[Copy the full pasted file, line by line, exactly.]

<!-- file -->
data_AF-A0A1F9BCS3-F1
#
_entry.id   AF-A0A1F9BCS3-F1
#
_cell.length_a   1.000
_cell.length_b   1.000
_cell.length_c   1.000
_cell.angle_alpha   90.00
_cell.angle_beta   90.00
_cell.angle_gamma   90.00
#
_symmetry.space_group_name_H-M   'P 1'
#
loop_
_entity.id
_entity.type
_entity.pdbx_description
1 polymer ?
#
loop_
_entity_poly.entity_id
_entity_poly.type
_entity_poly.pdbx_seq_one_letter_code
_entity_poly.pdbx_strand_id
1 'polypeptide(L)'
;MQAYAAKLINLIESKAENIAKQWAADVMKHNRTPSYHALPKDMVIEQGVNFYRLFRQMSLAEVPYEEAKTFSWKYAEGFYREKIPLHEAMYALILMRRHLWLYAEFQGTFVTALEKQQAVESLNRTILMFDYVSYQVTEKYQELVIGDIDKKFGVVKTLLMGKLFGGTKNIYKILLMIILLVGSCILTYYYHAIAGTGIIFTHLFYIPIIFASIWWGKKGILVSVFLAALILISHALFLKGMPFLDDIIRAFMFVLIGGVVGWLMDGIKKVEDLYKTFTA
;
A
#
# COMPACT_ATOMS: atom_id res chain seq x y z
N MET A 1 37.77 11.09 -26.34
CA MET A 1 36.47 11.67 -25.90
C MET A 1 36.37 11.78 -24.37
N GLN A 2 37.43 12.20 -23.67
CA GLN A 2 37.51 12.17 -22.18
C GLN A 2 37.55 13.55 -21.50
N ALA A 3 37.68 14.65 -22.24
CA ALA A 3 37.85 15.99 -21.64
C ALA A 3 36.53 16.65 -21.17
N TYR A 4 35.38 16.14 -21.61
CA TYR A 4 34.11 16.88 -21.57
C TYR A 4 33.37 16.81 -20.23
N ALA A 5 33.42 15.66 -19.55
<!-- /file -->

data_AF-A0A1F9BCS3-F1
#
_entry.id   AF-A0A1F9BCS3-F1
#
_cell.length_a   1.000
_cell.length_b   1.000
_cell.length_c   1.000
_cell.angle_alpha   90.00
_cell.angle_beta   90.00
_cell.angle_gamma   90.00
#
_symmetry.space_group_name_H-M   'P 1'
#
loop_
_entity.id
_entity.type
_entity.pdbx_description
1 polymer ?
#
loop_
_entity_poly.entity_id
_entity_poly.type
_entity_poly.pdbx_seq_one_letter_code
_entity_poly.pdbx_strand_id
1 'polypeptide(L)'
;MQAYAAKLINLIESKAENIAKQWAADVMKHNRTPSYHALPKDMVIEQGVNFYRLFRQMSLAEVPYEEAKTFSWKYAEGFYREKIPLHEAMYALILMRRHLWLYAEFQGTFVTALEKQQAVESLNRTILMFDYVSYQVTEKYQELVIGDIDKKFGVVKTLLMGKLFGGTKNIYKILLMIILLVGSCILTYYYHAIAGTGIIFTHLFYIPIIFASIWWGKKGILVSVFLAALILISHALFLKGMPFLDDIIRAFMFVLIGGVVGWLMDGIKKVEDLYKTFTA
;
A
#
# COMPACT_ATOMS: atom_id res chain seq x y z
N MET A 1 37.77 11.09 -26.34
CA MET A 1 36.47 11.67 -25.90
C MET A 1 36.37 11.78 -24.37
N GLN A 2 37.43 12.20 -23.67
CA GLN A 2 37.51 12.17 -22.18
C GLN A 2 37.55 13.55 -21.50
N ALA A 3 37.68 14.65 -22.24
CA ALA A 3 37.85 15.99 -21.64
C ALA A 3 36.53 16.65 -21.17
N TYR A 4 35.38 16.14 -21.61
CA TYR A 4 34.11 16.88 -21.57
C TYR A 4 33.37 16.81 -20.23
N ALA A 5 33.42 15.66 -19.55